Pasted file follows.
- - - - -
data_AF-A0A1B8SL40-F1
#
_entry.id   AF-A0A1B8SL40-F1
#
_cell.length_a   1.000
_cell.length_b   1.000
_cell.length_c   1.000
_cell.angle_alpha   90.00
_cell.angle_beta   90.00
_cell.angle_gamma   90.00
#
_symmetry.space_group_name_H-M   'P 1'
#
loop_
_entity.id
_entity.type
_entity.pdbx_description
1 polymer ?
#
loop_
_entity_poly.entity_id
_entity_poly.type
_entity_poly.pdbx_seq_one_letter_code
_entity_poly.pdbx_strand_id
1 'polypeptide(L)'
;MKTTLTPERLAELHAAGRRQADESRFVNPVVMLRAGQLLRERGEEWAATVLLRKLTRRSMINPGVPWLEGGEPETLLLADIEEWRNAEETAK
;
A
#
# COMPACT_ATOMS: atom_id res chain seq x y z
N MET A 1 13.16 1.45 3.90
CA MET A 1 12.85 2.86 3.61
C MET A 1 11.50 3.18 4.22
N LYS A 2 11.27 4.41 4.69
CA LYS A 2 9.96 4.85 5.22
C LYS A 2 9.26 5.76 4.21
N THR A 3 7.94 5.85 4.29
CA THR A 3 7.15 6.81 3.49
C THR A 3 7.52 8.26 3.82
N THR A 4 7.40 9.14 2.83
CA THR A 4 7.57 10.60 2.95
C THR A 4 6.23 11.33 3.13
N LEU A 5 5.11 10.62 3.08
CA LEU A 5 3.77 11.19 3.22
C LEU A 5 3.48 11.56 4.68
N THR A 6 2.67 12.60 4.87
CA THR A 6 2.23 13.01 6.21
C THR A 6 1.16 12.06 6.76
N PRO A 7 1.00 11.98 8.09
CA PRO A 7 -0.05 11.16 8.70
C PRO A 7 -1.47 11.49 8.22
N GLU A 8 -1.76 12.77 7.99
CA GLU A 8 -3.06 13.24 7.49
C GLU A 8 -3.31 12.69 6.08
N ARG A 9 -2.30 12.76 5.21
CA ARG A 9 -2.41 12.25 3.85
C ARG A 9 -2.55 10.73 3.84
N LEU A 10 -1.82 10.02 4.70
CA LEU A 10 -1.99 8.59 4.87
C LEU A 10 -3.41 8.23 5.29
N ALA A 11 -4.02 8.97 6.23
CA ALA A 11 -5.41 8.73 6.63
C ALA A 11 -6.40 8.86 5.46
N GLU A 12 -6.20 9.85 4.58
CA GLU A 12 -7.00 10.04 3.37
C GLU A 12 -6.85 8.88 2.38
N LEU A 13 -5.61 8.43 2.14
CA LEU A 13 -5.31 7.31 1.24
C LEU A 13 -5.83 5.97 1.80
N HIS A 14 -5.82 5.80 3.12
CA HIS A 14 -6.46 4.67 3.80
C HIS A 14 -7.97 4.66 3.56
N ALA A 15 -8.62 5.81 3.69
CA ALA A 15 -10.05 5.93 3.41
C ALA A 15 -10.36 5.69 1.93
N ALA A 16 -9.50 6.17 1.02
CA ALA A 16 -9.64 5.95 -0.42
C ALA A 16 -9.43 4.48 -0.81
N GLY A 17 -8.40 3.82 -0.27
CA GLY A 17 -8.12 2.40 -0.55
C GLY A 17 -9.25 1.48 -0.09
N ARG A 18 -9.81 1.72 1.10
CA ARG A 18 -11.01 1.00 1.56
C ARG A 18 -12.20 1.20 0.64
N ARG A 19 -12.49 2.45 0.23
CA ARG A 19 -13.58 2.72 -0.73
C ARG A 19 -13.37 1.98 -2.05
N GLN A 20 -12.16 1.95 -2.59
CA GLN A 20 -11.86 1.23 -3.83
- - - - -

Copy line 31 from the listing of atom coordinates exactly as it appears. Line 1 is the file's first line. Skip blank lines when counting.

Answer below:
N MET A 1 13.16 1.45 3.90